What is one of the most irritating things about a drinking gig? Not always that morning-after hangover but when you end up spending more than what you had budgeted for. Nothing brings down a “high” as much as a near-empty wallet or a maxed-out credit card. Now, you have the choice of avoiding this at the Beer Café while you enjoy 32 varieties of international and Indian beers.
The good stuff
It’s mandatory at this café to buy a beer card which you can charge up for an amount you want (Rs50 is the one-time, card-buying fee, which is refundable). The card is the only currency that the café accepts when you place a food order or when you pour yourself a glass of beer. Yes, we said that right. You can pour yourself a glass of beer straight from the tap. The café has four beer towers and each has two taps—one for Kingfisher (Rs175 for 330ml) and the other for Hoegaarden (Rs300 for 330ml). Place your beer card on the tab next to the tower; the screen above it will show you how many litres of which brand you can buy for the money in your card; choose any one of the eight glass styles you like or pick a jug placed next to the towers and pour your beer straight from the tap. If you are undecided about which of the two brands to opt for, you can pour a small amount in a shot glass (all paid for, of course) and try it out.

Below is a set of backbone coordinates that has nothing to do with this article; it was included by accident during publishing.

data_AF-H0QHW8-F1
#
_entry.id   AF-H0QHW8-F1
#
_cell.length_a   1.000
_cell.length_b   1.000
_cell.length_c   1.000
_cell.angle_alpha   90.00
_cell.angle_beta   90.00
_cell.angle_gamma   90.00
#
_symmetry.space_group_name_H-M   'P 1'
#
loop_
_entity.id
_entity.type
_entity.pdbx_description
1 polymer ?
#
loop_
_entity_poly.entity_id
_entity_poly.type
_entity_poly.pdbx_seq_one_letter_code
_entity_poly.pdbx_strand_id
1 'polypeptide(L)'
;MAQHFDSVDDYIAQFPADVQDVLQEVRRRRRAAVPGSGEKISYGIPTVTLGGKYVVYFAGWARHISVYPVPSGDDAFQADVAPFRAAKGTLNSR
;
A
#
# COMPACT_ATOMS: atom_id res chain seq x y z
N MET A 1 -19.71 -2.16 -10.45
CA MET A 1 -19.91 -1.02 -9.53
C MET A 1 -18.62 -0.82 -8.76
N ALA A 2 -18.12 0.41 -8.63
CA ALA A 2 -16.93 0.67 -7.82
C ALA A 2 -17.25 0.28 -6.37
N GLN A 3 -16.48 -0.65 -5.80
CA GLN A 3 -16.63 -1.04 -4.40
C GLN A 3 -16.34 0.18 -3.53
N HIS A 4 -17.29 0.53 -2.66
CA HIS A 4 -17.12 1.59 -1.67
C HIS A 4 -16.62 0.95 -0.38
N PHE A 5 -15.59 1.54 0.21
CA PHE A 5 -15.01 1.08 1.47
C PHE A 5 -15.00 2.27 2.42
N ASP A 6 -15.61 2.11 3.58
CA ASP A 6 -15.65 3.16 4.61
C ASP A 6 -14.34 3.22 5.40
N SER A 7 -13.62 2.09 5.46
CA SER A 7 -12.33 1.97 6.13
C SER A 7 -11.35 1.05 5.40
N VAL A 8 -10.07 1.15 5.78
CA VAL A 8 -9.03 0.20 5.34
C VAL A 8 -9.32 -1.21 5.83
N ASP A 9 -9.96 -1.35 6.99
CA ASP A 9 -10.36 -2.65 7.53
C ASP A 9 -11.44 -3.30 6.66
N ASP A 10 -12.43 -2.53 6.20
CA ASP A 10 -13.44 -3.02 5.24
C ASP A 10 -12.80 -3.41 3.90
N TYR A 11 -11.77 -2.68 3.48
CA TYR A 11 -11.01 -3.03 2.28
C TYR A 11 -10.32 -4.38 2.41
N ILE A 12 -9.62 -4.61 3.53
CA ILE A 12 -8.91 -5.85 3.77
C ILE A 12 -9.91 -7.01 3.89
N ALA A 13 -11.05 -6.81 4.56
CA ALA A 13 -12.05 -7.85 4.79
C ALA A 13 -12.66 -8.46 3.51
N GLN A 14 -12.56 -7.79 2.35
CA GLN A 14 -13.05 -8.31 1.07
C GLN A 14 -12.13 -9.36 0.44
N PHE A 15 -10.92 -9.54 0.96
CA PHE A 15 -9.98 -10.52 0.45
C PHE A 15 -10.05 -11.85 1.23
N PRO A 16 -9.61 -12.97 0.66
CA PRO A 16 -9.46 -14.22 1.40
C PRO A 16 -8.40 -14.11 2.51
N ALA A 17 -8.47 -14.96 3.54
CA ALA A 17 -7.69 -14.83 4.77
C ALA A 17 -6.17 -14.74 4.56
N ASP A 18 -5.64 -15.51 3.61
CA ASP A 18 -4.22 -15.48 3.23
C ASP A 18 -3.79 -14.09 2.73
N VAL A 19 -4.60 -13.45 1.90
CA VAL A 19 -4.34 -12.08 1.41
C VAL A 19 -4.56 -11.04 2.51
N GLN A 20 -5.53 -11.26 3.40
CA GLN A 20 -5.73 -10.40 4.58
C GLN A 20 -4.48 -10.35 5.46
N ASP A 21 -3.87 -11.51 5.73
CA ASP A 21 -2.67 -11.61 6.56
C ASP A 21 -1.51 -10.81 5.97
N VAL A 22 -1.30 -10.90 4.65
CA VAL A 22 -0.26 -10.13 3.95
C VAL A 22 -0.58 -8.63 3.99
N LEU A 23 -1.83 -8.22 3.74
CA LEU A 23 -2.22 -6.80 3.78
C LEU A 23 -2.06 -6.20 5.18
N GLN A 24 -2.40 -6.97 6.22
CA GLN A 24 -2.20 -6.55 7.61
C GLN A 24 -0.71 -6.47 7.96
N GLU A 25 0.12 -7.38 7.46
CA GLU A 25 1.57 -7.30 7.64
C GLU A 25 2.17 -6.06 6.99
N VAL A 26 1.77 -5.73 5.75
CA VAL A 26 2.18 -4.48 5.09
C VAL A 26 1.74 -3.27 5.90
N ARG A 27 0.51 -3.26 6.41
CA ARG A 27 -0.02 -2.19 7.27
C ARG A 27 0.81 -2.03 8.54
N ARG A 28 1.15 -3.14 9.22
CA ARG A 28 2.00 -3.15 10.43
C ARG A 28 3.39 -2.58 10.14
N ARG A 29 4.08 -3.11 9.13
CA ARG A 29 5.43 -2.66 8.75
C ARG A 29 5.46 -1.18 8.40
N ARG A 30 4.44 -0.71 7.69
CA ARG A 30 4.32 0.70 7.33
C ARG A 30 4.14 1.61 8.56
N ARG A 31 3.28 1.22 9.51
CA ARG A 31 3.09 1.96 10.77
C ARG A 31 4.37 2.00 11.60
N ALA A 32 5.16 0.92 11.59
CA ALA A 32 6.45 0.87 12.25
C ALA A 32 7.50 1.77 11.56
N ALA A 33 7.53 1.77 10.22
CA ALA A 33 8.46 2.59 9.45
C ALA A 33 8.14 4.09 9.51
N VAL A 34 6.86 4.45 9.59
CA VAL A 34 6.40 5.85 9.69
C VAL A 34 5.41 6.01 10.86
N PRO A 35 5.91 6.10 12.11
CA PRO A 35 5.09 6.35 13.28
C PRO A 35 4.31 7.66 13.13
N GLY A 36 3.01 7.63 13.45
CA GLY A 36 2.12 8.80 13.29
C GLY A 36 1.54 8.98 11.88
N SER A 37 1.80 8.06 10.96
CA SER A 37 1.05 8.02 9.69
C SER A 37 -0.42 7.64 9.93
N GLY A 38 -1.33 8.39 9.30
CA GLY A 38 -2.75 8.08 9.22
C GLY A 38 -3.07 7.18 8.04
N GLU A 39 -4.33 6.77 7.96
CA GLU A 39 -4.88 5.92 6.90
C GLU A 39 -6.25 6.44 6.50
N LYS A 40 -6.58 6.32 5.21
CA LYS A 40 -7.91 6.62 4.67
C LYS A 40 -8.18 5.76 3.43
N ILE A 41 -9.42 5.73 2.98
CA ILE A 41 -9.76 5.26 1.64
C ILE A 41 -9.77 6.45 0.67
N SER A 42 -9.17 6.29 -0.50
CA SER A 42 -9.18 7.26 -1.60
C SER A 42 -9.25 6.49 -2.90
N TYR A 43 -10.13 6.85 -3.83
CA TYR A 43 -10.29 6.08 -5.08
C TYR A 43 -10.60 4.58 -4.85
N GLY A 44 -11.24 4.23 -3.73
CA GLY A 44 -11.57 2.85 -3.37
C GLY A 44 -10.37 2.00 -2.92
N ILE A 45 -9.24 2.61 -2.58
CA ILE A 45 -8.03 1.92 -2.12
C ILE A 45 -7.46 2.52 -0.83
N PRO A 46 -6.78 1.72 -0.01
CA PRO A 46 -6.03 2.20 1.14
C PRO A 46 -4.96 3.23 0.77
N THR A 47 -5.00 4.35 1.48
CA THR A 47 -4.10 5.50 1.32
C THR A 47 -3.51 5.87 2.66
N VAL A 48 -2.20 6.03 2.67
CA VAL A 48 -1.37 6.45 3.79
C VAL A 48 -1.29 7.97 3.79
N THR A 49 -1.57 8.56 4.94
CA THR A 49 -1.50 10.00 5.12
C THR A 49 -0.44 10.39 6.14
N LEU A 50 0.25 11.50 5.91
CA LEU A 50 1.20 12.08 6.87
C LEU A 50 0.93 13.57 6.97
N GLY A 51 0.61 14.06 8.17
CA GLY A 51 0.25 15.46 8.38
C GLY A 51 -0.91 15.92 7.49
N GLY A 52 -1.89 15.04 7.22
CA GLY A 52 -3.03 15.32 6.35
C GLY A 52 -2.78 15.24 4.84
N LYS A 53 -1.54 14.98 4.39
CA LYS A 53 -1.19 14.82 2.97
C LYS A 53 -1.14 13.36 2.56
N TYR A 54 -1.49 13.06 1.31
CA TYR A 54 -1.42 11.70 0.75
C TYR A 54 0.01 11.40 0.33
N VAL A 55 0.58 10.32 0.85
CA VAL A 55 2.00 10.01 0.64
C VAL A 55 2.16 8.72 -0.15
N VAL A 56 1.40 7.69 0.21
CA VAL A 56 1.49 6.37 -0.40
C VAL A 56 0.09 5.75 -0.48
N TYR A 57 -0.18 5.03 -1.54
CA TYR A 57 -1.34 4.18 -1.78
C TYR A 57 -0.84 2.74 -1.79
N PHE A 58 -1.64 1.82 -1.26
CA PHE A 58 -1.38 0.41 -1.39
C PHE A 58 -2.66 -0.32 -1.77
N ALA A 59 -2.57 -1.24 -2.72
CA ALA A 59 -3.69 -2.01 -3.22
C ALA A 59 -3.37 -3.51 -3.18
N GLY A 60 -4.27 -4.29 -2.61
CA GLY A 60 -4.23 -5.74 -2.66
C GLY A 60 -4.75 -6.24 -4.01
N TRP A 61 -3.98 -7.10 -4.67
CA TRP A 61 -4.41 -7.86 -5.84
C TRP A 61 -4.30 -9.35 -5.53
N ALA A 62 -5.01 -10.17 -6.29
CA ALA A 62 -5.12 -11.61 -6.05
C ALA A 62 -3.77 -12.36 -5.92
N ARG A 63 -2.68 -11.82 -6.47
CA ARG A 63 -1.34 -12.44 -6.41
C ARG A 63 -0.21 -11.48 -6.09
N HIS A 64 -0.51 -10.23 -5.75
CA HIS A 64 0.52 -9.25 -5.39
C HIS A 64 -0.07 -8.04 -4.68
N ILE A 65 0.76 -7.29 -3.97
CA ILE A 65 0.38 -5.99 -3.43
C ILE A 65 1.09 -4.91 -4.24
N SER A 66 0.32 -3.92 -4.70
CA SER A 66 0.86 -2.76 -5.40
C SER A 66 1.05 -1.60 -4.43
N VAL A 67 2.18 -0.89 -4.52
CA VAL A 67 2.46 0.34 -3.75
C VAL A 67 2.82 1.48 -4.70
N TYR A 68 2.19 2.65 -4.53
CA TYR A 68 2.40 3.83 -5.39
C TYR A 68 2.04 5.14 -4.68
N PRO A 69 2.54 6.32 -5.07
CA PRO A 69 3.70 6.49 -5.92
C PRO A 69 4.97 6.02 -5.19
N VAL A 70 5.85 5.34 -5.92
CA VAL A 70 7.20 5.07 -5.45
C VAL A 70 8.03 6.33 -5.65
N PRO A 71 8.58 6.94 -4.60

If draught beer is not your style, choose beer bottles from any of these countries: Belgium (Chimay Blue, Red or Triple or Geist Whistling, Leffe Blonde), Germany (Schneider Weisse, Erdinger, Kaiserdom Dark), Ireland (Murphy’s Irish), The Netherlands (Amstel Light) and Japan (Sapporo, Asahi).
What makes Beer Café fun is not just the variety of beers, but also that your card can track the amount of beer you have consumed and rank it against that of other customers. All this information is displayed on the small screens the above beer towers and on a TV screen above the bar.
The small-eats section is just that: bite-size portions which make no pretence of being gourmet food. Potato wedges (Rs150), chicken sausage rolls (Rs250), mini hot dogs (Rs250), chilli-garlic cheese toast (Rs150) make for basic finger foods that you can eat as you guzzle beer.
The beer bar is a cheery, bright space—unlike a dimly-lit bar or a pub with loud pulsating music—where you can enjoy a quick drink with children in tow. (Four varieties of non-alcoholic beer, wine and soft drinks are served.) There is a popcorn-maker, should you feel like having some free popcorn with your beer.
Beer Café is a small place that can seat about 40 people, with standing room for another 20. Four of the five beer towers have a table attached to them. If the tables is occupied, it is a tad difficult to refill your glass quickly on your own without disturbing those standing at the tables. The TV screens are not very large and with the World Cup round the corner, this could be a negative. Also, there are merits to being served at your table. The café says it’s willing to do that too but it has a small staff dedicated mostly to meeting food orders.
Beer bottle prices start at Rs175 for 330ml, while finger food costs upward of Rs150, taxes extra.